Interview Techniques

There are few things in life more terrifying than a job interview.

Just when you need to be at your best, nerves and anxiety can reduce you to a gibbering wreck.

And we all know that you never get a second chance to make a first impression.

But by following a few simple tips you can put yourself in a much better position to impress – allowing you to relax and shine in front of your would-be employer.

Here’s the HR Solutions Shropshire checklist to help you ace that all-important interview.

  1. Bring your CV

Although some interviewers will bring a copy with them, having your own to hand out on request will show you’re prepared (and provide them with the information they need if they forgot to bring one). Not only is it helpful for the recruiter, but having your CV nearby is a useful prop if your mind goes blank.

  1. Notebook and pens

Bringing your own notebook and pen is a great way to show an employer that you’ve thought ahead.

After all, there are a variety of things that might need to be noted throughout your interview – whether it’s important names, phone numbers, or even key details about the role.

Taking a note will demonstrate that not only are you invested in the job (and you’re paying attention) but that you’re also going to refer back to it when the interview’s over. A sure sign of professionalism.

  1. Examples of your work

Fact: Employers love candidates who can prove their skills with real examples.

And what’s the best way to do that? Aside from backing up your abilities on your CV, you can also bring examples of your work into an interview.

Possible examples could include anything from your university dissertation, essays, or any other form of written prose (whether it’s a blog post, article, or story), to design, fashion, or architecture portfolios.

If your work is more hands on, photographs of successful projects could help.

If you’re looking to break into an industry with little work experience, providing examples of how you’ve gained the required skills and abilities outside of work can be a great way to stand out.

  1. Questions

Every interviewer will give you the opportunity to ask questions at the end of an interview.

The worst thing you can do is say nothing. So in case you draw a blank when the time comes, it’s vital to prepare a few in advance.

Sure, you might come up with a few throughout the interview (cue: pen and notepad), but relying on that alone is risky – especially if your interviewer is particularly thorough.

Asking questions also shows you care enough about the role to prepare. Go in with nothing, and you’re likely to end your interview on an awkward silence…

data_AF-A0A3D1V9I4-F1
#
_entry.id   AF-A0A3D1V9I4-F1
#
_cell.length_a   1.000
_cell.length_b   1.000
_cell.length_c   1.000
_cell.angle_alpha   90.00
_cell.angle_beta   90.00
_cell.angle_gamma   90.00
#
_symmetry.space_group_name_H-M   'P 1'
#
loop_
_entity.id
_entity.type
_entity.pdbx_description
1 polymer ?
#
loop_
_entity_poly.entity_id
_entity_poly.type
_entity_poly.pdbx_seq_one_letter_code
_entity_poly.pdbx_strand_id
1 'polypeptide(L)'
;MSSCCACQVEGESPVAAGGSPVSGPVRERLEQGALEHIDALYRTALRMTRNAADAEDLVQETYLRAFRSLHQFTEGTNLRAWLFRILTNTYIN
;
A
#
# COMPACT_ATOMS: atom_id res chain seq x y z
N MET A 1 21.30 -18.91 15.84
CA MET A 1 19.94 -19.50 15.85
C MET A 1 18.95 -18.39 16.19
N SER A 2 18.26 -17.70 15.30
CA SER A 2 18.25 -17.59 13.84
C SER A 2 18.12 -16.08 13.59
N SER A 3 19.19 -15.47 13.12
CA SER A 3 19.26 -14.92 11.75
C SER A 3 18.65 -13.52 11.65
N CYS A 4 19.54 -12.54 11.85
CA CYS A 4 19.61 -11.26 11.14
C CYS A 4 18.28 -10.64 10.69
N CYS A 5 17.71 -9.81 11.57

We all make mistakes. Even at interviews.

But before you start letting your nerves get the better of you, the good news is that most interview nightmares are easy to avoid. It all comes down to preparation.

Don’t be late

It sounds obvious – but you’d be surprised just how many interviewees don’t turn up on time.

Lateness isn’t just rude, it also makes you look like you aren’t taking the opportunity seriously. After all, if you’re not professional enough to arrive on time for an interview, how can an employer guarantee you’ll be any different if they actually decide to offer you the position?

Do prepare

Although being over prepared can be a concern for some, in reality it’s far better to have a few key notes written down than coming into the interview with nothing at all.

The same applies when it comes to interview questions. Practicing a few answers beforehand will ensure you won’t be caught off-guard. Even if it’s just going through with them family and friends.

At the very least, you’ll avoid awkward pauses ‘when the what type of animal are you’ question comes up

Don’t forget body language

Finally, never underestimate the power of eye-contact.

Aside from showing your enthusiasm and attention is fully on the conversation, you’ll also ensure that your interviewer knows you aren’t intimidated by the situation.

Other body language points to consider include handshake (think firm and friendly, rather than dead fish) and smiling. And yes, it really does help.

Potential body language fails to avoid at interviews include fidgeting, slouching and chewing gum.

Oh. And most interviewers don’t like it when you cry.

So, if you’ve got a job interview coming up and want help to prepare, just get in touch. Together, we can make it an opportunity rather than a nightmare.

 

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